The San Francisco firefighter who fell to his death on Wednesday was knocked over by a water blast from a supply valve he “inadvertently” opened during a training drill, according to the department’s preliminary report obtained by the NBC Bay Area Investigative Unit.
The report stresses that department-wide measures designed to control the spread of Covid-19 likely played a role in Jason Cortez’s death on Wednesday. The accident happened at 10:07 a.m. at a training tower facility at 19th and Folsom street, while just four firefighters took part in a “pump drill” exercise designed to train a rookie – half the normal complement of personnel.
SFFD and national training standards normally call for more than one engine company to be involved in such exercises, but “due to COVID restrictions, Engine 3 conducted this drill alone,” according to the report findings.
That short-staffing may have led to confusion, the report suggests. As evidenced when Cortez inexplicably left other firefighters dousing the simulated fire on the third floor of the department’s training tower to return to fire escape below. It was at that point, the probe found, that he opened a valve on a two-sided connector attached to a wall mounted “standpipe” nozzle. The nozzle is part of the standpipe system built into high-rises that uses internal pipes to help firefighters get pressured water to flow to upper floors.
While one side of the connector on that standpipe nozzle was used to feed the hose, the other was shut off. It was that side, the report said, that Cortez had “inadvertently” opened, possibly intending to drain the system.
“The stream of water coming from the (valve) struck him in the chest, knocking him backwards into the fire escape railing, causing him to fall backwards off the fire escape,” according to the report.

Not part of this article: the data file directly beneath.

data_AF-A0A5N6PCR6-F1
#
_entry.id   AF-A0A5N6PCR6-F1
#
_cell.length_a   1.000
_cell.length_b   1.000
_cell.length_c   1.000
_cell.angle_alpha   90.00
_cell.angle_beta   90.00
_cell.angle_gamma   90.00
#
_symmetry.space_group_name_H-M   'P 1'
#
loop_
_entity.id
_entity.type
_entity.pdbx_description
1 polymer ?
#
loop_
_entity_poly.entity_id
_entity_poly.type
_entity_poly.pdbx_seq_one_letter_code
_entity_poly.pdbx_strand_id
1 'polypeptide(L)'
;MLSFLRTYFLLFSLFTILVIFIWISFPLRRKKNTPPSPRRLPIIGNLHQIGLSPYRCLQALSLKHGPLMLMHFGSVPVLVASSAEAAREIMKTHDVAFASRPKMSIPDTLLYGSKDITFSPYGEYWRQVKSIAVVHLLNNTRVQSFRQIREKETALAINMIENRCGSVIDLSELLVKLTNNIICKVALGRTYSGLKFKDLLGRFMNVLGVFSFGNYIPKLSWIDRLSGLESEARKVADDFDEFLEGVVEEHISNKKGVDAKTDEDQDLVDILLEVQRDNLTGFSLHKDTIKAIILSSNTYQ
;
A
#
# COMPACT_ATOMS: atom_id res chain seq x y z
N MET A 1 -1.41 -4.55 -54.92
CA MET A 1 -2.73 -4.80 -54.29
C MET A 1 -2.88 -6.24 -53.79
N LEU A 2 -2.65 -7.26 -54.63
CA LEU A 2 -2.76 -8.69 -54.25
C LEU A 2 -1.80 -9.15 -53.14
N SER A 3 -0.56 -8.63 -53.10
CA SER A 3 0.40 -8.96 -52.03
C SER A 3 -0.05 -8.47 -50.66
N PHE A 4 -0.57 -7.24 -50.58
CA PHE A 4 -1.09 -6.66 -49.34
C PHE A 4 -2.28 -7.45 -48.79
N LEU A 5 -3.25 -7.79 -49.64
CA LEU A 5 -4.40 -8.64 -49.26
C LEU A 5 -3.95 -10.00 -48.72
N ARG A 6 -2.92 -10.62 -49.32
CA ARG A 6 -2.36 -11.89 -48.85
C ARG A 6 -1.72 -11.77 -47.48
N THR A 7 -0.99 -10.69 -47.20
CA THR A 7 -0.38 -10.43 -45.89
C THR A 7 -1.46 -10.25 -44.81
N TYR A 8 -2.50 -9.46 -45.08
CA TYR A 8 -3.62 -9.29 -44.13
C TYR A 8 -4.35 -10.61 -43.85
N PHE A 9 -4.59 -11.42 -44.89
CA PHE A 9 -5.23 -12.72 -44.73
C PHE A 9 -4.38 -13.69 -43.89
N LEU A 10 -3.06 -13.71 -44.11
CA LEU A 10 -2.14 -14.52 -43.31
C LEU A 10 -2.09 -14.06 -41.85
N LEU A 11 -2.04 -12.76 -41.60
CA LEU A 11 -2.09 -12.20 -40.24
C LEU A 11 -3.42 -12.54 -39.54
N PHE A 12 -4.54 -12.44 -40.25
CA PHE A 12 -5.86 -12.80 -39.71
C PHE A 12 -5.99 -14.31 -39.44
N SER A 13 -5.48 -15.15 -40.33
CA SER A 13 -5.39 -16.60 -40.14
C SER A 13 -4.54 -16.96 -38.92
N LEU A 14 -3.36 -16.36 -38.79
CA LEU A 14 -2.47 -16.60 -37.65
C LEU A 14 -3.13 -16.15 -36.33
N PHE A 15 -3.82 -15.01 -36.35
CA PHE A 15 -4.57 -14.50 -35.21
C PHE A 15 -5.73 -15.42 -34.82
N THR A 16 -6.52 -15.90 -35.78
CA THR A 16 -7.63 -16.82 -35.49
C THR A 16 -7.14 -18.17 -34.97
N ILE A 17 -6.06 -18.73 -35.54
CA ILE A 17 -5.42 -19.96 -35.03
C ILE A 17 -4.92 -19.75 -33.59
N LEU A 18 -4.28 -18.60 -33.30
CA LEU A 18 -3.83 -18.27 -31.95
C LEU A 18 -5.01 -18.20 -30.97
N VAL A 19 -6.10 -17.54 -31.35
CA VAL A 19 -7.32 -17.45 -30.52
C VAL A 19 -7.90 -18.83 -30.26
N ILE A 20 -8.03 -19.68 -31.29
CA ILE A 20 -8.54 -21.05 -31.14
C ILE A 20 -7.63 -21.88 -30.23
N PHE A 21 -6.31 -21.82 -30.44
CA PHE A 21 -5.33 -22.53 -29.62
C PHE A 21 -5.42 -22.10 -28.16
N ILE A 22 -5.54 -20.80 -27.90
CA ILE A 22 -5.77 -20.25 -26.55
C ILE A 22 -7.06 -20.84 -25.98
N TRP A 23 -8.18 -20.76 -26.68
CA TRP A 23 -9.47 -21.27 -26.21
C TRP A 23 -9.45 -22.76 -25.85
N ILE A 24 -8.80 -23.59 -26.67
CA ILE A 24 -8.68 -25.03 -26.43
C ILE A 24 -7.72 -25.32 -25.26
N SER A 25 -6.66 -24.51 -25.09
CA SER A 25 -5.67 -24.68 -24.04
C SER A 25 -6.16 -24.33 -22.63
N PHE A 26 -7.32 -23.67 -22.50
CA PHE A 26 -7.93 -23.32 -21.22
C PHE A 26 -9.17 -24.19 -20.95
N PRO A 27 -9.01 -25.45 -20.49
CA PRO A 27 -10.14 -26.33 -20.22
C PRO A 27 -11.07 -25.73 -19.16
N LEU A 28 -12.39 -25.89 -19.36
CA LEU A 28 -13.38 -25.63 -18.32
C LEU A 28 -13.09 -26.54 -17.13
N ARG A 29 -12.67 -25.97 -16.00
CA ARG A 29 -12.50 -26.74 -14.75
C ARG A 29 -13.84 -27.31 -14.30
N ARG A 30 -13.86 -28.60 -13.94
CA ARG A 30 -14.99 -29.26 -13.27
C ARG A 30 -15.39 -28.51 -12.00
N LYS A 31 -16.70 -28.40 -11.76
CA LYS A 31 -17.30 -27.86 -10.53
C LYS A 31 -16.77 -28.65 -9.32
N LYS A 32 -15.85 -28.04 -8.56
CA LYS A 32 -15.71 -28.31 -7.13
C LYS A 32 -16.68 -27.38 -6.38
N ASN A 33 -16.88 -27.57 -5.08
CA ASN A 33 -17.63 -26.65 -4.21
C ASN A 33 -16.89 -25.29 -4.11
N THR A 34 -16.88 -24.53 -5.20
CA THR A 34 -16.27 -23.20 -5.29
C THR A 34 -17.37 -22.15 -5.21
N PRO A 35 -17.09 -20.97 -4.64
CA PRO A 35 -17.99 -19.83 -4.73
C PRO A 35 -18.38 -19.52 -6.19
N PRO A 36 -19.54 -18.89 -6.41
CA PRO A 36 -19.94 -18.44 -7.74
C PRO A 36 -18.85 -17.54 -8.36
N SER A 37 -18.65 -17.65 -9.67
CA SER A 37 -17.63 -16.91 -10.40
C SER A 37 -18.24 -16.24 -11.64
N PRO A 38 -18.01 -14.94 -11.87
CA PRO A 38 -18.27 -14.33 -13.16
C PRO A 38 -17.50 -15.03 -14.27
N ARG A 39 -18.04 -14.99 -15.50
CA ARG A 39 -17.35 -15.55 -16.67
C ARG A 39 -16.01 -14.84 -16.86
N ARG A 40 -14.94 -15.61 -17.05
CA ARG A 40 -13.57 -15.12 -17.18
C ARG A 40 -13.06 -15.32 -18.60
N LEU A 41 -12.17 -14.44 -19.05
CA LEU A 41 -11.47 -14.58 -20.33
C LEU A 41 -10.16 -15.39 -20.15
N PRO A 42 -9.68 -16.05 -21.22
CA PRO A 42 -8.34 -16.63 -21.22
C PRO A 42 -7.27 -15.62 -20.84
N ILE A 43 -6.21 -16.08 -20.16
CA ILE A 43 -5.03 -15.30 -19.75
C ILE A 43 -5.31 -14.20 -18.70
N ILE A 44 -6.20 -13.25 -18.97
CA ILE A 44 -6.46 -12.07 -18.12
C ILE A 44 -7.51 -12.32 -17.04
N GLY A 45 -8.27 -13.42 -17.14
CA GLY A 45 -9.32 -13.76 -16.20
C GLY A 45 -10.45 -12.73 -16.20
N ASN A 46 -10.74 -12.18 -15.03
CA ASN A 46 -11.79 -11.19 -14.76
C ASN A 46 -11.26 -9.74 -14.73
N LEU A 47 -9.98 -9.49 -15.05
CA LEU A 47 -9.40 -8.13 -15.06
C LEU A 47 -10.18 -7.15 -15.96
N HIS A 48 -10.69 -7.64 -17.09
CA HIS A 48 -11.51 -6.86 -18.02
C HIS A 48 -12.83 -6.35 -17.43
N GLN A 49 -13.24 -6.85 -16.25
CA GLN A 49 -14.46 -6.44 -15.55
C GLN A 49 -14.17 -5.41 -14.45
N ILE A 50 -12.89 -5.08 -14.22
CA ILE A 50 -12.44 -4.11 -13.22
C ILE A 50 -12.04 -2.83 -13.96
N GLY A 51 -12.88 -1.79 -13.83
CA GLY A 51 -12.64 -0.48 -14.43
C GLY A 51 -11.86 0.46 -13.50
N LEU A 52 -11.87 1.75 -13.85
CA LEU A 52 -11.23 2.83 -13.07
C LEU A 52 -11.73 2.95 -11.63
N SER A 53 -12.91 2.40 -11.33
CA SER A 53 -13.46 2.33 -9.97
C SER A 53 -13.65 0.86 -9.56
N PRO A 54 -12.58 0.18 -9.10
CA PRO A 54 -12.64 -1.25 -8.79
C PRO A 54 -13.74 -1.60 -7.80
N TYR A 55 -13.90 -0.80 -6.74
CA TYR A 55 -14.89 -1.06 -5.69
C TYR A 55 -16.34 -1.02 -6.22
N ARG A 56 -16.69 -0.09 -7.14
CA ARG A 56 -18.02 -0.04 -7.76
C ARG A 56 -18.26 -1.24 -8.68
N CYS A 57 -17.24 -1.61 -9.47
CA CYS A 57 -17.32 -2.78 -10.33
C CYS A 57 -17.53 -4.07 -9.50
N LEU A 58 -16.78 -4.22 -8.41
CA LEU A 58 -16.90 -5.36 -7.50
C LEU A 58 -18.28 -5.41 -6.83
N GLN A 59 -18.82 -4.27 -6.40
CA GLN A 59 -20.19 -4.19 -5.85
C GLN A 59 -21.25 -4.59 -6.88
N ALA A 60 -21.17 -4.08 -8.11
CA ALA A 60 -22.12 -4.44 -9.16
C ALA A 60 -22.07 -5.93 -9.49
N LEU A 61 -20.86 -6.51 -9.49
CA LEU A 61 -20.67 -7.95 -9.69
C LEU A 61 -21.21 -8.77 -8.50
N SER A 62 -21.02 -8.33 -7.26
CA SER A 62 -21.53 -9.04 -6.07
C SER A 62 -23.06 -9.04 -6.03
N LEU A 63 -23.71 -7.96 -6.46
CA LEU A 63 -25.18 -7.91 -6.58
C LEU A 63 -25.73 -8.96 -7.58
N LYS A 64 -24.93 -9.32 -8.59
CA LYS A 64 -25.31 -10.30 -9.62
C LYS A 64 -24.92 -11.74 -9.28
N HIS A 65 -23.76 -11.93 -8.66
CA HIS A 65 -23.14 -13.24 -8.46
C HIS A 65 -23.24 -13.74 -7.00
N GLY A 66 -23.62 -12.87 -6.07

The report indicated that the stream of water flowed out at as much as 100 pounds per square inch pressure.
The report stops short of saying that Cortez thought the drill was over, however.
“It is not known why he was standing on the fire escape at this time as the drill was not completed,” the report found.
But veteran firefighters say the evidence laid out in the report does substantiate why Cortez may have thought the drill was indeed over. They note that Cortez went out onto the fire escape landing just as the drill was entering a new phase. The idea was to cut the water pressure as a sign that water supplies were running low and needed to be replenished. But, they say, its possible that Cortez took the fluctuation as a sign water was being shut off and the drill was in fact over.
In fact, the report notes, that it was just as the water supply was fluctuating that the lieutenant in charge of the drill looked up and saw Cortez on the fire escape landing, and then witnessed him open the valve and get knocked over the railing.
The report cited several contributing factors for the accident, notably the department’s suspension of multiple company drills as a precaution to limit contact between firefighters in response to Covid-19 concerns.
The drill would normally be conducted with at least two engine companies and a total of eight firefighters, instead of four, the report stressed.
But because of that Covid-19 skeleton crew, the report concluded, each “firefighter was required to carry out tasks individually which are normally done as part of a team.”
The report also advised that “extreme caution must be exercised when conducting drills individually that normally require multiple companies” and that firefighters should review manual sections related to filling and draining building standpipe systems and safety reviews of other recent firefighter deaths.